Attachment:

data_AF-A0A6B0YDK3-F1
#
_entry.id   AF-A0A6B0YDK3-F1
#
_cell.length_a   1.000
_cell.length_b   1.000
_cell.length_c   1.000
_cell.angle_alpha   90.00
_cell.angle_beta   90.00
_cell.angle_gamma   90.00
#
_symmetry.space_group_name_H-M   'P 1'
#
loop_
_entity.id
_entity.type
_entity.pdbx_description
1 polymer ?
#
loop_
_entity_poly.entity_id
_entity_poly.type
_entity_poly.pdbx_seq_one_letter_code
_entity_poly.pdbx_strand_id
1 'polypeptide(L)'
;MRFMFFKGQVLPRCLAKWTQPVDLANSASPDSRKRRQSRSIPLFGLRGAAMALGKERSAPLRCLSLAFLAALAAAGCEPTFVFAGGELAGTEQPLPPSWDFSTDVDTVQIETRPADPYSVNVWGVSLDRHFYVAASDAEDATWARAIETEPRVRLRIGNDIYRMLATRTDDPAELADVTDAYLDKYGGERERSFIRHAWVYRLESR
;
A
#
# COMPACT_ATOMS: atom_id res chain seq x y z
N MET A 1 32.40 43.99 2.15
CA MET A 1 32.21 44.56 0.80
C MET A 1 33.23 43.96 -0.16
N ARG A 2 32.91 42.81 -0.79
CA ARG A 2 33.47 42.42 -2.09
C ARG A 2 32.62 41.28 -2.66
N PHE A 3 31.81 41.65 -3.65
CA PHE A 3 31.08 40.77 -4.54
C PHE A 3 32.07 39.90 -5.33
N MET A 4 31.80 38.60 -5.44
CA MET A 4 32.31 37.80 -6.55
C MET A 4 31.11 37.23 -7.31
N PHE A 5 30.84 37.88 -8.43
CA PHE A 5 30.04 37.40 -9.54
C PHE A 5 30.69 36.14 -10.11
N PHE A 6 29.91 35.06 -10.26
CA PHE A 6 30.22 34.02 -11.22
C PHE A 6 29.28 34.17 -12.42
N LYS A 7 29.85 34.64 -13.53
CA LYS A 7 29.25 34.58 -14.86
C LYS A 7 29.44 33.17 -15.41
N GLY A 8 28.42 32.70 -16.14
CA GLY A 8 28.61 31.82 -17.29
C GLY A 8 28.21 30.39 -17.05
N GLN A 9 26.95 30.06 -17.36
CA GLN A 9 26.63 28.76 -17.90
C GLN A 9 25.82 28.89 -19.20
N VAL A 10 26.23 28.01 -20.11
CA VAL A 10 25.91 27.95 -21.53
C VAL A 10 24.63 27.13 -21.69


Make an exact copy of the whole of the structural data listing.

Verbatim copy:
data_AF-A0A6B0YDK3-F1
#
_entry.id   AF-A0A6B0YDK3-F1
#
_cell.length_a   1.000
_cell.length_b   1.000
_cell.length_c   1.000
_cell.angle_alpha   90.00
_cell.angle_beta   90.00
_cell.angle_gamma   90.00
#
_symmetry.space_group_name_H-M   'P 1'
#
loop_
_entity.id
_entity.type
_entity.pdbx_description
1 polymer ?
#
loop_
_entity_poly.entity_id
_entity_poly.type
_entity_poly.pdbx_seq_one_letter_code
_entity_poly.pdbx_strand_id
1 'polypeptide(L)'
;MRFMFFKGQVLPRCLAKWTQPVDLANSASPDSRKRRQSRSIPLFGLRGAAMALGKERSAPLRCLSLAFLAALAAAGCEPTFVFAGGELAGTEQPLPPSWDFSTDVDTVQIETRPADPYSVNVWGVSLDRHFYVAASDAEDATWARAIETEPRVRLRIGNDIYRMLATRTDDPAELADVTDAYLDKYGGERERSFIRHAWVYRLESR
;
A
#
# COMPACT_ATOMS: atom_id res chain seq x y z
N MET A 1 32.40 43.99 2.15
CA MET A 1 32.21 44.56 0.80
C MET A 1 33.23 43.96 -0.16
N ARG A 2 32.91 42.81 -0.79
CA ARG A 2 33.47 42.42 -2.09
C ARG A 2 32.62 41.28 -2.66
N PHE A 3 31.81 41.65 -3.65
CA PHE A 3 31.08 40.77 -4.54
C PHE A 3 32.07 39.90 -5.33
N MET A 4 31.80 38.60 -5.44
CA MET A 4 32.31 37.80 -6.55
C MET A 4 31.11 37.23 -7.31
N PHE A 5 30.84 37.88 -8.43
CA PHE A 5 30.04 37.40 -9.54
C PHE A 5 30.69 36.14 -10.11
N PHE A 6 29.91 35.06 -10.26
CA PHE A 6 30.22 34.02 -11.22
C PHE A 6 29.28 34.17 -12.42
N LYS A 7 29.85 34.64 -13.53
CA LYS A 7 29.25 34.58 -14.86
C LYS A 7 29.44 33.17 -15.41
N GLY A 8 28.42 32.70 -16.14
CA GLY A 8 28.61 31.82 -17.29
C GLY A 8 28.21 30.39 -17.05
N GLN A 9 26.95 30.06 -17.36
CA GLN A 9 26.63 28.76 -17.90
C GLN A 9 25.82 28.89 -19.20
N VAL A 10 26.23 28.01 -20.11
CA VAL A 10 25.91 27.95 -21.53
C VAL A 10 24.63 27.13 -21.69